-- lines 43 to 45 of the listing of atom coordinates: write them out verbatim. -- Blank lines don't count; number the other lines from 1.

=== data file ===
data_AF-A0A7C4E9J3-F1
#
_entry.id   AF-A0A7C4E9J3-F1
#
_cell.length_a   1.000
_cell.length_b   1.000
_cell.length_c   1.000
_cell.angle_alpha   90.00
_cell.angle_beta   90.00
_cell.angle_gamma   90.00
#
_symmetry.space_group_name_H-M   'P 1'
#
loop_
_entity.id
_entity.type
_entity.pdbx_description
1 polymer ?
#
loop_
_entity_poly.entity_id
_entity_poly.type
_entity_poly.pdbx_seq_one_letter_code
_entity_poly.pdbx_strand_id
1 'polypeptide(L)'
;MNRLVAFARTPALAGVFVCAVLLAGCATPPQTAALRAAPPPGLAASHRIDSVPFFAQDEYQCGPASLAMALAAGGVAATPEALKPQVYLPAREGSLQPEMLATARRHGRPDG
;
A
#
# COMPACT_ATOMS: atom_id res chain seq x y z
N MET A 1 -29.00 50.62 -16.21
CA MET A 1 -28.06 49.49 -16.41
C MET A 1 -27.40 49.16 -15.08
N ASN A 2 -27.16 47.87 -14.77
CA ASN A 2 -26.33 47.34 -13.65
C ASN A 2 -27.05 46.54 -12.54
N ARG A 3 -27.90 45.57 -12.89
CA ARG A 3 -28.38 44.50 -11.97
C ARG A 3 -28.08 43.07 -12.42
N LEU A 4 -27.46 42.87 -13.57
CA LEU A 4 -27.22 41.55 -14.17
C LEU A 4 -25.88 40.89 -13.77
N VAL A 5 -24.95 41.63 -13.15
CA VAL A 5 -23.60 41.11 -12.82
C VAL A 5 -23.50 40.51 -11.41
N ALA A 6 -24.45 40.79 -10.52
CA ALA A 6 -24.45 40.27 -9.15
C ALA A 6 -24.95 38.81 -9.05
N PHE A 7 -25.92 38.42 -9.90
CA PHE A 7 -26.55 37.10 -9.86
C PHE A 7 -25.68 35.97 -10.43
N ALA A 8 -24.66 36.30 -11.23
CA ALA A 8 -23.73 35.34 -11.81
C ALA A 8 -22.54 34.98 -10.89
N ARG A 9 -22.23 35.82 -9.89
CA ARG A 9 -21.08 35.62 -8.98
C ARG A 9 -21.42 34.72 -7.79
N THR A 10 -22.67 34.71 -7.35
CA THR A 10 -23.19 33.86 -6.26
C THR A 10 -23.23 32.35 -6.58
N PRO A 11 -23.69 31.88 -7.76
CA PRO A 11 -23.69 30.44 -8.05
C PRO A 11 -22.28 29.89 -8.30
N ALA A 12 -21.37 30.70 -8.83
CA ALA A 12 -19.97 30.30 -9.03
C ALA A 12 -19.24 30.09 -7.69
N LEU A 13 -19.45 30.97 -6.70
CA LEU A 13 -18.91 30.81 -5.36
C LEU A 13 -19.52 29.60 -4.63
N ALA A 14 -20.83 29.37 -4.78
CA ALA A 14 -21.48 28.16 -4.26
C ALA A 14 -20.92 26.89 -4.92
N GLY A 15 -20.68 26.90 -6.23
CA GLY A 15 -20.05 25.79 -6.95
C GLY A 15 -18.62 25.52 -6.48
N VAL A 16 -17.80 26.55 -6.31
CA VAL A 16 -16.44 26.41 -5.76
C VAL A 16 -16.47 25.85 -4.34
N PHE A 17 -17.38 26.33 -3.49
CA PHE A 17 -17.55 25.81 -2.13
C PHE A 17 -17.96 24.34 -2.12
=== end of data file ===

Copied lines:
N VAL A 5 -24.95 41.63 -13.15
CA VAL A 5 -23.60 41.11 -12.82
C VAL A 5 -23.50 40.51 -11.41